We will briefly describe the evolution of gynecology in the country during the republican period, separating it into 3 periods.

Period 1821-1875 - Preliminary stage

In the 1820s, the use of Récamier's tubular metallic speculum for vaginal inspection became popular, which facilitated gynecological diagnosis. In 1845, Sims introduced a new speculum design in the form of a "duckbill" and, after multiple modifications, in 1941 the Graves speculum appeared, which is used today and is easy to introduce and maneuver. This allowed in the 19th century the advancement of diagnostic and operative gynecology, making it possible to perform interventions such as uterine curettage and posterior colpotomy for the drainage of pelvic abscesses4.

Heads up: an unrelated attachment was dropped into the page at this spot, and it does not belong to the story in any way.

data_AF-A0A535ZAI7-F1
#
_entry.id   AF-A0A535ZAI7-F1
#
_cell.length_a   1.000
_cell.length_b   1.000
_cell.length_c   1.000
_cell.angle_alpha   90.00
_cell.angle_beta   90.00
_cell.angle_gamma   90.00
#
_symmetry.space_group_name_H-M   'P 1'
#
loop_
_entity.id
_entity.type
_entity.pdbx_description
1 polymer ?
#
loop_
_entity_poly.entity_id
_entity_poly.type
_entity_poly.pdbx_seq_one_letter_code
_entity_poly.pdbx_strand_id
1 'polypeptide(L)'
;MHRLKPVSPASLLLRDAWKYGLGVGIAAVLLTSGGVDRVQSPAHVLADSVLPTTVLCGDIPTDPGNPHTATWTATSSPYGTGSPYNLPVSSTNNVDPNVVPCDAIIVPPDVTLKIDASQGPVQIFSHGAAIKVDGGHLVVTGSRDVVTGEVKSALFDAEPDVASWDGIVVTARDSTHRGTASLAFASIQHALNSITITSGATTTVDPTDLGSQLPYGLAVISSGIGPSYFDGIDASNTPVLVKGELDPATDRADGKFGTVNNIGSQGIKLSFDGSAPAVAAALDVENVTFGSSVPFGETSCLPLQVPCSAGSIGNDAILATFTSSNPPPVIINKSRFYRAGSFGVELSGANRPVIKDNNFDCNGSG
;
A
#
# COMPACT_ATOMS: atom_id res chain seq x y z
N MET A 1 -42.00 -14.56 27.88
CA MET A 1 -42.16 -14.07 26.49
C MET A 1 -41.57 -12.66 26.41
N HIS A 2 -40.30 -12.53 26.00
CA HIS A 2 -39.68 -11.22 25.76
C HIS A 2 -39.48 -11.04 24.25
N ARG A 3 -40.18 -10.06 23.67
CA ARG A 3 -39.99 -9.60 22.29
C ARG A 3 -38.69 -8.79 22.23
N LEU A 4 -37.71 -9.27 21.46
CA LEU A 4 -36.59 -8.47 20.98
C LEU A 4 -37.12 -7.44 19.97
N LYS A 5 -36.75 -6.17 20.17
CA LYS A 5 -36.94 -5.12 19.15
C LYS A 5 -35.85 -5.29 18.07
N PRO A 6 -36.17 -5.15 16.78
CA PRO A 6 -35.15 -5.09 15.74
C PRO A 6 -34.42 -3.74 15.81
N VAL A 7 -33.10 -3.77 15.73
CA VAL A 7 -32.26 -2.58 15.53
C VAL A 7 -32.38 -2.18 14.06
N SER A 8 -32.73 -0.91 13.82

In 1846, the American dentist William Morton used the gaseous anesthetic ether for a painless tooth extraction, ushering in the anesthetic era of surgery. Subsequently, barbiturates and muscle relaxants appeared, as well as regional anesthesia.

In 1822, Sauter performed a vaginal hysterecto my, although there is a reference that the first vaginal hysterectomy was performed in 1726 by Robert Houston, in Glasgow.

Period 1876-1950 - Birth and development of gynecology in Peru